In St. Petersburg, Nino's friend Galina turned her apartment over to us, and still took the time to show us around the city. From the time we got off the train on arrival, to the time we boarded once again for departure, she was wonderful to us. And the many people we met in Petersburg were terrific as well. The first night we were there, we had an invitation to a great little club that I'll never forget.

Some of Moscow's greenery near Gorky Park.
But the mystery of Russia persists. Almost a month, thousands of miles, and countless tiny journeys spent chasing the enigma, and this country insists on holding its secrets from me. From the gas smelling streets of Moscow, by train to the lush countryside of Abremtsevo and on to the dignity of Zagorsk, I searched. I stood in awe on Palace Square in St. Petersburg, and marvelled at the determination and dreams of Peter the Great. I surveyed all of Moscow from atop Ostankinskaya Bashnia, in every direction, and found it a completely different puzzle than on the ground. Question on top of mystery, contradiction facing challenge.

And yet, through all of this seeming lack of understanding, a very clear and lasting impression comes home with me. The charm and beauty, the elegance and centuries old wisdom, the pride and sheer determination of Russia to survive and even triumph has become firmly planted in my heart. You cannot come to this place, I am know convinced, with an open mind and not fall in love with Russia.

The prices are too high, and there are not enough ATM machines to satisfy an American, but this is the view from a tour bus; with your feet on the streets and in the homes of the people, the flesh and blood that is Russia penetrates your spirit and becomes your own flesh and blood.

One of the most striking impressions I got while in Russia was how absolutely similiar the peoples of our two different countries are. We all want so much the same things, the same things all of our citizens, and indeed the world, deserve. We want the opportunity to work for comfortable lives for our families, education for our children, and a safe and honest society. Upon realizing this, one of my first Russian lessons, I was baffled as to how our governments could have kept us at odds for so long.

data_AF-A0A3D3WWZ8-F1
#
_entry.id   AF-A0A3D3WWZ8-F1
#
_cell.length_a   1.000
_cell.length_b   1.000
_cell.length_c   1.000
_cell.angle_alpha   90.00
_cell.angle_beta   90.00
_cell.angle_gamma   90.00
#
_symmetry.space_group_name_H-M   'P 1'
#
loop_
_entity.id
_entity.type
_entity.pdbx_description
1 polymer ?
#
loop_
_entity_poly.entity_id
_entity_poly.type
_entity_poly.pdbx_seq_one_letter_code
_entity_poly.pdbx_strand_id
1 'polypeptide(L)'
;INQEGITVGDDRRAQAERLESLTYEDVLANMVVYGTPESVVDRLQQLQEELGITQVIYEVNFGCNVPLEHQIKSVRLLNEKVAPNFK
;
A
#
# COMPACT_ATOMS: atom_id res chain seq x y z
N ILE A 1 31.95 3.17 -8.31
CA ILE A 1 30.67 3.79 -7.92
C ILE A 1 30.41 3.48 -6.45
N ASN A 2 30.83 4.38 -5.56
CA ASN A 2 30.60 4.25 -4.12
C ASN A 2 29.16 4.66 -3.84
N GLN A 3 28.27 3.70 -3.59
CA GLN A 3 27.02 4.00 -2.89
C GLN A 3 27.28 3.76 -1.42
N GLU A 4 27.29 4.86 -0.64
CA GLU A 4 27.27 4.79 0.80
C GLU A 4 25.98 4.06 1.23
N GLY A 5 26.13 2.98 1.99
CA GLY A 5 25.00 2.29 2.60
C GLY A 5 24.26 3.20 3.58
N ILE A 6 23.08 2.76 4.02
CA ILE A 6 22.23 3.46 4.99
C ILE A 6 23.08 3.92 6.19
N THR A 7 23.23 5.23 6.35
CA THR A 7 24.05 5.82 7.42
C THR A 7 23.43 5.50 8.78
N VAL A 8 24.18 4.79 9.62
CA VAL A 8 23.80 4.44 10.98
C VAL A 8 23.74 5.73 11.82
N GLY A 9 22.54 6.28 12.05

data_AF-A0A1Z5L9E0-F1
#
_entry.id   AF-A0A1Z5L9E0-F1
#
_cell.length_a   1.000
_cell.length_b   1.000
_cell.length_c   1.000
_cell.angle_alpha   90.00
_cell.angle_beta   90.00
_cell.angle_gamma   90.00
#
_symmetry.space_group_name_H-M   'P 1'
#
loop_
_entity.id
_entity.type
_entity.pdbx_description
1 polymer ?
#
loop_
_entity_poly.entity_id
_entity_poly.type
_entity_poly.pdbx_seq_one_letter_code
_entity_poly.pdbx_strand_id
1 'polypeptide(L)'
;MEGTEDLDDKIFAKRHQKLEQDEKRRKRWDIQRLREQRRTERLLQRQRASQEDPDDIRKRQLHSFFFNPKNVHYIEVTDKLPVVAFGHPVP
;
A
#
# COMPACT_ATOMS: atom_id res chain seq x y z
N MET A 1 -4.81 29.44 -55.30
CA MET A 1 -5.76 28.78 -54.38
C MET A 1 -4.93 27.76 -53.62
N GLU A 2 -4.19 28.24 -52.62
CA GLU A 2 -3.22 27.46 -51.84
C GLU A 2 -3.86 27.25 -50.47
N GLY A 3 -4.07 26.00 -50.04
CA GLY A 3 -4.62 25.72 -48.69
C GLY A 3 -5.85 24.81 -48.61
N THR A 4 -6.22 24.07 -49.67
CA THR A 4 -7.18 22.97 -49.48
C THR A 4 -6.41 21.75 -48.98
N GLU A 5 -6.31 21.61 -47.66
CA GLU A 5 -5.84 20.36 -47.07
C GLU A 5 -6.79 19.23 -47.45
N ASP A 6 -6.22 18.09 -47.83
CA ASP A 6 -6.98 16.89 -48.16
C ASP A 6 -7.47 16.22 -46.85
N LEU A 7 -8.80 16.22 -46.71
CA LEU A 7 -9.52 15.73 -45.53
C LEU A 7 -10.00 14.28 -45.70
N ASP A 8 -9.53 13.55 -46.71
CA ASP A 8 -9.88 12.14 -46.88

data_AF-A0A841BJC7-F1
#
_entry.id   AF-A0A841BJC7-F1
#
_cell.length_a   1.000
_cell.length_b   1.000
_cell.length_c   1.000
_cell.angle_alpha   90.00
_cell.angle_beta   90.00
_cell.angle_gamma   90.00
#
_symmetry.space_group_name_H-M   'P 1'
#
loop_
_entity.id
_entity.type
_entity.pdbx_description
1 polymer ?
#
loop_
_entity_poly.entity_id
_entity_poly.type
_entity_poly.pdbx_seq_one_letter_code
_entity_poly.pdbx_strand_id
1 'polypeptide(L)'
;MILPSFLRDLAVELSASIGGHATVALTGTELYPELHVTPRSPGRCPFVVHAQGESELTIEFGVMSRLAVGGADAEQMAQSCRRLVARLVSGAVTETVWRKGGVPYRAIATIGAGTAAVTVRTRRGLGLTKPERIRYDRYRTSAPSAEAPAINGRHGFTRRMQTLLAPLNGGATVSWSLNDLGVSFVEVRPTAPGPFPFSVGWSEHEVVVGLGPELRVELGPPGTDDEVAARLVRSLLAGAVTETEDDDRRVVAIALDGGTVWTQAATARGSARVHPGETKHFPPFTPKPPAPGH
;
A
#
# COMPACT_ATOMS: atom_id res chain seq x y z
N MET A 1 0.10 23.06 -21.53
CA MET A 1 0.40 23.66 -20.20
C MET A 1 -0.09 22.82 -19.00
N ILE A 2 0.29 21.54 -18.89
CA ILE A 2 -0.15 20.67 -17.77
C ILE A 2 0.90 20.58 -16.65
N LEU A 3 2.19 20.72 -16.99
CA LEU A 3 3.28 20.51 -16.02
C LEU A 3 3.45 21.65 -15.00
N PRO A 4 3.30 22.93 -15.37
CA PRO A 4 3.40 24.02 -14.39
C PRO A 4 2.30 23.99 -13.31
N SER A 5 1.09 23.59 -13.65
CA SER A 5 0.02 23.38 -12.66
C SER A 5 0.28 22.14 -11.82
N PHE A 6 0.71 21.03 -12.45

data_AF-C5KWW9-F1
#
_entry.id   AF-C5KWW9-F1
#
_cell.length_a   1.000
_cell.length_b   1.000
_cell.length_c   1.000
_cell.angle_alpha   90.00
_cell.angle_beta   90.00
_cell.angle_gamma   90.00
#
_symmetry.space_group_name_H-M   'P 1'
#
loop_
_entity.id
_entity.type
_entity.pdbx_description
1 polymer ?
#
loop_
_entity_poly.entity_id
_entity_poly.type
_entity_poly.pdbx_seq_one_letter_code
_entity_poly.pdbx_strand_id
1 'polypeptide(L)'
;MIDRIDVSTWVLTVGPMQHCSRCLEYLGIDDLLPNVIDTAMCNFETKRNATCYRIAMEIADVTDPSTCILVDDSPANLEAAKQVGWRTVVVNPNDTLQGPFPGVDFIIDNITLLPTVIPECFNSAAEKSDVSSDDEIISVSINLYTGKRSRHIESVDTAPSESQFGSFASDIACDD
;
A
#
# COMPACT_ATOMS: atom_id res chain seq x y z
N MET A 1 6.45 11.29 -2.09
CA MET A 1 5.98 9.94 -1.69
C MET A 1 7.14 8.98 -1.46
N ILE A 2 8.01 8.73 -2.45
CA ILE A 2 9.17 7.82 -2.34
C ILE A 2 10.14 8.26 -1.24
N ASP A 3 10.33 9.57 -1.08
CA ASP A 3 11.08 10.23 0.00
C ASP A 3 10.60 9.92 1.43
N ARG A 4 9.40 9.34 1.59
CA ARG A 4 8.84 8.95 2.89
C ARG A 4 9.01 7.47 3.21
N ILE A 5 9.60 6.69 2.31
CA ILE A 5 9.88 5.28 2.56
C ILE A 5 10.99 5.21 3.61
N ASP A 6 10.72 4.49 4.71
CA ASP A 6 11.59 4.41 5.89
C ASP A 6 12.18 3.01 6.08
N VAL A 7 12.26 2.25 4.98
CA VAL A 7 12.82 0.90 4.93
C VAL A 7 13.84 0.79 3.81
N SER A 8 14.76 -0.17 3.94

Just a floatin' along dey river.
How utterly bizarre it struck me, that two governments could possibly spend decades pointing weapons of mass destruction at each others people, constantly threatening one another with complete and assured mutual destruction. What the hell were these idiots thinking? That situation has got to be, without the smallest scrap of doubt, at the very least, the history of the world's largest misunderstanding.

Had I had the ability then, armed with what I know now, I could have cleared the whole mess up in no time. I would have frozen both governments' international policy completely. Then, I would have taken one babushka from Moscow and a grandmother from Boise, Idaho. They would be flown to Switzerland, not to some fancy government building, but to some small, cozy little home on the edge of the city. There, they'd sit down at a table with buttermilk biscuits and a bottle of brandy, and be left alone. The whole process wouldn't take more than a couple of hours, or so. They'd show each other pictures of grandchildren, complain about their respective son-in-laws, and probably exchange a few recipes.

After their initial meeting each would return to their countries and be placed at the head of their respective governments. Each would have a dedicated phone line straight to the other to relay any news about the grandchildren, or complain about the son-in-laws. And any president or prime minister that didn't do exactly as they were told would be placed over grandma's or babushka's knee and get a good home style ass whipping! There, instant world peace.

Foolish and naive you say? What could be more foolish, and perhaps even criminal, than the way our two governments have behaved over the last few decades?

Two days after my reflective ride down the Moscow River I was in the back of the car on the way to the airport, beginning the final leg of my journey. I sat quietly in the car gazing out the window, my last look at Moscow. I watched the huge apartment blocks fade into the distance for the final time, laughed and shook my head as we passed a McDonald's. I watched the people walking in all directions, in and out of the subway stations, and wondered how each was faring in the new Russia.

I was sad to be leaving, but anxious to get home and back to my life in Atlanta. The two emotions made for a contrasting of feelings as I sat in the plane. As we lifted off I watched out the window as the land of Russia moved further and further away from underneath me. While it was true, perhaps, I was leaving with more questions that I had arrived with, I was also leaving with a deep admiration and respect for this amazing country.

In a moment of inspired silliness, I reached down into my carry on bag and extracted my constant traveling companion, Ivan Grozny, the gorilla. I held him up to the window so he, too, could get a last look at Russia. "Quite an adventure we had, eh Ivan?" I said, "But don't worry, we'll go back again someday." And as I said this, Ivan smiled.

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All contents and photos © 1997 by Skip Evans